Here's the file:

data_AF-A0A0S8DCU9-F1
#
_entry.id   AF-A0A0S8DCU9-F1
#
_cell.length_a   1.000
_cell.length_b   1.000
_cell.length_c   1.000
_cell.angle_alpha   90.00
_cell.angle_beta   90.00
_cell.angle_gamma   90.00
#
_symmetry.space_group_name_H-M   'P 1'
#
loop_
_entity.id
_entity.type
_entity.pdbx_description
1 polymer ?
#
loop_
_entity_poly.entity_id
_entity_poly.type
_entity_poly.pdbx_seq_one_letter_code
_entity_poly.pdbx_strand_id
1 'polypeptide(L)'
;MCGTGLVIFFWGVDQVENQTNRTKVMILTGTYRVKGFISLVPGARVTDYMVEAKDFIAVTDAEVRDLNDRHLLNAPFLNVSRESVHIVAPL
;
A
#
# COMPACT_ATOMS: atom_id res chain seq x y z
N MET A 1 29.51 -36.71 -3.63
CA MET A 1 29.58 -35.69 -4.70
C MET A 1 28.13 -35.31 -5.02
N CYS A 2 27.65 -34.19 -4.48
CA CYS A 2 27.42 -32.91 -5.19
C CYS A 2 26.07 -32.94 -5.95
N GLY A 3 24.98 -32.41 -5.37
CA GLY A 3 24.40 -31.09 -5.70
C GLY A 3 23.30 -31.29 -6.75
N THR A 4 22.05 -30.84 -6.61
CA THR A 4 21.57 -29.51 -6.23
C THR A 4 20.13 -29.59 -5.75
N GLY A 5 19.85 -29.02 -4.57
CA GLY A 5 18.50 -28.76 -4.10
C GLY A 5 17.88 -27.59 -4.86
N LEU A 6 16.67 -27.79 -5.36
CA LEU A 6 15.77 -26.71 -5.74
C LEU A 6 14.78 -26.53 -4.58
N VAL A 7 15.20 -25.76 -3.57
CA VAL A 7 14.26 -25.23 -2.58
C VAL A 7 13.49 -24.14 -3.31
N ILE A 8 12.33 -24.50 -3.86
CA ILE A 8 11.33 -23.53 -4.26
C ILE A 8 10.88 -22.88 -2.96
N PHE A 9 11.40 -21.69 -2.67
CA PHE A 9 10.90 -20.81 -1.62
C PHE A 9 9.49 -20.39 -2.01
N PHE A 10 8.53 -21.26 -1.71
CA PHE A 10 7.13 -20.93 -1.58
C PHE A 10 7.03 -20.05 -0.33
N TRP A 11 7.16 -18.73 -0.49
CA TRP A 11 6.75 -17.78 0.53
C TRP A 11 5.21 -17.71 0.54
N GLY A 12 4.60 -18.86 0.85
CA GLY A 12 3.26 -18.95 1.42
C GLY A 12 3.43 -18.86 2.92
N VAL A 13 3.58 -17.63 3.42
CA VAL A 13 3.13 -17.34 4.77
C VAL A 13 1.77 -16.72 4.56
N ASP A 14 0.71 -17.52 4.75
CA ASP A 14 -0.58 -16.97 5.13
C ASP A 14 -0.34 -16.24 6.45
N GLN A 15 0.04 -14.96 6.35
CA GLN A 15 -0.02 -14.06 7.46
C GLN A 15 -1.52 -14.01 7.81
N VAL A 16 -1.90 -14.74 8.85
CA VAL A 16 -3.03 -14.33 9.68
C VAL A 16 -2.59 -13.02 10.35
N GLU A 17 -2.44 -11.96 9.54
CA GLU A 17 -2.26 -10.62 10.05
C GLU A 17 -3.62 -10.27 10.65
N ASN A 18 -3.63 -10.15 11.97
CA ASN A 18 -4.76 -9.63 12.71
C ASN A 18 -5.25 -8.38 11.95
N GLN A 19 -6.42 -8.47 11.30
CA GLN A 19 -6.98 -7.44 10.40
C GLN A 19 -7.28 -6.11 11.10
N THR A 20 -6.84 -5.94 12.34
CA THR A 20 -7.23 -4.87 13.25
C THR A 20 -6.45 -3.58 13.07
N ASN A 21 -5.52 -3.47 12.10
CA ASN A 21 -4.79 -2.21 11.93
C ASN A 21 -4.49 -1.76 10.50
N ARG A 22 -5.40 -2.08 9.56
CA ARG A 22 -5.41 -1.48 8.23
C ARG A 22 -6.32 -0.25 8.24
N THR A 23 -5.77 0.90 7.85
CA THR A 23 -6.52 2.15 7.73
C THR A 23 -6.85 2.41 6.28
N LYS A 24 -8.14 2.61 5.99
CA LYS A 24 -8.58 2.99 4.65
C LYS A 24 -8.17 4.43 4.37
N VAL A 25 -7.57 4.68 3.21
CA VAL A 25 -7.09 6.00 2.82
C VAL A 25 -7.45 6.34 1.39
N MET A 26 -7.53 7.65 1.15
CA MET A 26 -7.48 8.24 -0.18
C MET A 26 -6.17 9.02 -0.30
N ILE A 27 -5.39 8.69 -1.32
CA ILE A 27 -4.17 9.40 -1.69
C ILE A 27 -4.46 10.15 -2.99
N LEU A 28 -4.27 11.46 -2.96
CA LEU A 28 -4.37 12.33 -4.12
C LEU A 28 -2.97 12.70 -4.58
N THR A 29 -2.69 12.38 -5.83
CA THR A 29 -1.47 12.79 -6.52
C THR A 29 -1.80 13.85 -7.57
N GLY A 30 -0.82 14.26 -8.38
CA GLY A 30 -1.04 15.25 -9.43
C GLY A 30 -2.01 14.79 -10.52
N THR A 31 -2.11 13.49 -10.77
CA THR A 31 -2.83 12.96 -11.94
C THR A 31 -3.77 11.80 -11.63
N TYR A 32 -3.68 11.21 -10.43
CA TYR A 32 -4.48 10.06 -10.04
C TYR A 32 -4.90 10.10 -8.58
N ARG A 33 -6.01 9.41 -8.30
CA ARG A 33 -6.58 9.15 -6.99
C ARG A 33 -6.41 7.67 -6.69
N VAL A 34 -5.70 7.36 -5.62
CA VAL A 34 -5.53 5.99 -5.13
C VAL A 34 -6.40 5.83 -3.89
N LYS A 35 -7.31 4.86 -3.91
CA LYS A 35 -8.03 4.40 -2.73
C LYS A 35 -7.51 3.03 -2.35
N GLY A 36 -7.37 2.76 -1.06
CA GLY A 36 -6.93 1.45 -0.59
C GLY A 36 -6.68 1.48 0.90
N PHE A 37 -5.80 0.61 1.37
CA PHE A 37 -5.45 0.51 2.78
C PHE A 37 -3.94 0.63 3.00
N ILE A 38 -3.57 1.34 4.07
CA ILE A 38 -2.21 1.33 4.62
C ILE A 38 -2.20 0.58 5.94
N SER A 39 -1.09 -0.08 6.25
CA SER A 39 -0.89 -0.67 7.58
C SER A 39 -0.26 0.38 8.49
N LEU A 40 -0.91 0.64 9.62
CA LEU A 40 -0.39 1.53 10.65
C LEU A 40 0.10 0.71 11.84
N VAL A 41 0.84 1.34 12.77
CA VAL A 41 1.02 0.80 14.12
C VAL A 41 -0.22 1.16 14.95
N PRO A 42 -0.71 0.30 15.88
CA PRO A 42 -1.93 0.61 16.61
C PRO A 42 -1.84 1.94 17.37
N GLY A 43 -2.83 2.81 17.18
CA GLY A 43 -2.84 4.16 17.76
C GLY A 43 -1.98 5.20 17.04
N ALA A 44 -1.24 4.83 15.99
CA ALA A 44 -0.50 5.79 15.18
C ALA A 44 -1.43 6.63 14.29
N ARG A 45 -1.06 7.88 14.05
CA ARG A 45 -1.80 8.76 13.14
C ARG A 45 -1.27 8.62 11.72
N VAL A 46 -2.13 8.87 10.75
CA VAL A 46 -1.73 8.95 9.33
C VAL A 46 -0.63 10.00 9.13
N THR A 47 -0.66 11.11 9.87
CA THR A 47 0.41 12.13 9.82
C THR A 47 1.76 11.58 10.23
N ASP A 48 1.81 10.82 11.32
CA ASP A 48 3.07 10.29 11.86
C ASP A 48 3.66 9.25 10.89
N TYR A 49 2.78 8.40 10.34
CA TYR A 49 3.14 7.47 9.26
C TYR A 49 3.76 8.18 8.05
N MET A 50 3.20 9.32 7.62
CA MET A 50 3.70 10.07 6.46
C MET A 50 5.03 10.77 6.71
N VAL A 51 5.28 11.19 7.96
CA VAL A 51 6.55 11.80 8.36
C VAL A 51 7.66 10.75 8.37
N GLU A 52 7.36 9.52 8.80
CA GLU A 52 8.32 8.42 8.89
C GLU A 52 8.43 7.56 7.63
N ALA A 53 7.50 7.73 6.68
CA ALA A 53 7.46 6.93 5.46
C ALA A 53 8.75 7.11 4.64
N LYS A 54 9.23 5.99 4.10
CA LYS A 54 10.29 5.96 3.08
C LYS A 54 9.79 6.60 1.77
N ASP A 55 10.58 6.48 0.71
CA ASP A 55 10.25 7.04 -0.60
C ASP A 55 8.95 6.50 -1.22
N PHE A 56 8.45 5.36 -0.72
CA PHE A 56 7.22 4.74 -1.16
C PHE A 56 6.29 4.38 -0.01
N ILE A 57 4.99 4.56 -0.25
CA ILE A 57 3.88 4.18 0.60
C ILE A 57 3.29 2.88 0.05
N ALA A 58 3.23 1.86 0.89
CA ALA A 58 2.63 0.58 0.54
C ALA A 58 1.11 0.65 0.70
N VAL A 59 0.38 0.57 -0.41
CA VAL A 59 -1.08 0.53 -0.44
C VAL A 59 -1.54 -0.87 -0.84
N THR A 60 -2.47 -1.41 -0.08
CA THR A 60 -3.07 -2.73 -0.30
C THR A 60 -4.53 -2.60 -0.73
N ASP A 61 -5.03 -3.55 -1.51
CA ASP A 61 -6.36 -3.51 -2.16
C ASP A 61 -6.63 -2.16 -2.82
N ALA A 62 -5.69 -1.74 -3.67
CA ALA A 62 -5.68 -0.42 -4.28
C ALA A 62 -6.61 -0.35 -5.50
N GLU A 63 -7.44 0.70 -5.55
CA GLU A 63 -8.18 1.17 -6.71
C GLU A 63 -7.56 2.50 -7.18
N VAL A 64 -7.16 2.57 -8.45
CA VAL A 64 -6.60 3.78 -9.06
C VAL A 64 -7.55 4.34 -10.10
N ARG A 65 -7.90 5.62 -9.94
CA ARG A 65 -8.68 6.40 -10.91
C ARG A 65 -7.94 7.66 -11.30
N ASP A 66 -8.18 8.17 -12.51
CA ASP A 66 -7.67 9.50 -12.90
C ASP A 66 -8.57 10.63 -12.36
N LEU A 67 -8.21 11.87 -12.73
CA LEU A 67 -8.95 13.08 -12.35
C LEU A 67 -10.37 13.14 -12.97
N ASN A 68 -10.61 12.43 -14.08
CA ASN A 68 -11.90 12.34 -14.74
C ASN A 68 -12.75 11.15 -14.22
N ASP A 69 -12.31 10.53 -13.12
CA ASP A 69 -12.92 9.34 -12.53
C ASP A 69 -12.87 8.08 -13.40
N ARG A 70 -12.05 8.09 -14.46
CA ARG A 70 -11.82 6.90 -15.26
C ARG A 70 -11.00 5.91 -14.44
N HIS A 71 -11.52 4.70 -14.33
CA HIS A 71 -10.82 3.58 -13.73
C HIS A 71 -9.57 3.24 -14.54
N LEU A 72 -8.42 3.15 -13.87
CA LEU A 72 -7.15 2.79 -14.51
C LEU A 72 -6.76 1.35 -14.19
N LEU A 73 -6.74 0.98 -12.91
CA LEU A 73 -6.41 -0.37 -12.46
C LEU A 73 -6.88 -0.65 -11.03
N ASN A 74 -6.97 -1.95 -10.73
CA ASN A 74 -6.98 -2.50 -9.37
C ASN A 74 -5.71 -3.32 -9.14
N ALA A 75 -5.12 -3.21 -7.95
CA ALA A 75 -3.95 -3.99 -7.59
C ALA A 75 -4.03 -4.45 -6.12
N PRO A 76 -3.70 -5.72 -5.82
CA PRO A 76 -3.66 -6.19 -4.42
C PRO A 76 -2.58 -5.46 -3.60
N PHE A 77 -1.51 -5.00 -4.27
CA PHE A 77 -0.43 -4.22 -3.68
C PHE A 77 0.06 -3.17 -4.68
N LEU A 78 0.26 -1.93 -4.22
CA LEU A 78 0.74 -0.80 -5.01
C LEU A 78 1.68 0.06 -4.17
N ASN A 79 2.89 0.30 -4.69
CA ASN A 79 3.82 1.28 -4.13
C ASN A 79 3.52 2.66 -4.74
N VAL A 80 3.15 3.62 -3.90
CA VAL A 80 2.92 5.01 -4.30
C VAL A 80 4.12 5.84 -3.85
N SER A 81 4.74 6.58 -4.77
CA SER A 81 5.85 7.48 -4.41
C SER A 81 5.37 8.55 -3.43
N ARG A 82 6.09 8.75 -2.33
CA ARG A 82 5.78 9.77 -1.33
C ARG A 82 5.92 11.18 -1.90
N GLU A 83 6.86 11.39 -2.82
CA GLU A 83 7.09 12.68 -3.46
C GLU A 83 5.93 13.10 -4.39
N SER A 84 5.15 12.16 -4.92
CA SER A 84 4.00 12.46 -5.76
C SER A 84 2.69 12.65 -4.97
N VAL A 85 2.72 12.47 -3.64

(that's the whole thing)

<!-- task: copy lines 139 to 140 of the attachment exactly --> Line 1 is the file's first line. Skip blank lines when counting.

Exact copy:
N PHE A 37 -5.80 0.61 1.37
CA PHE A 37 -5.45 0.51 2.78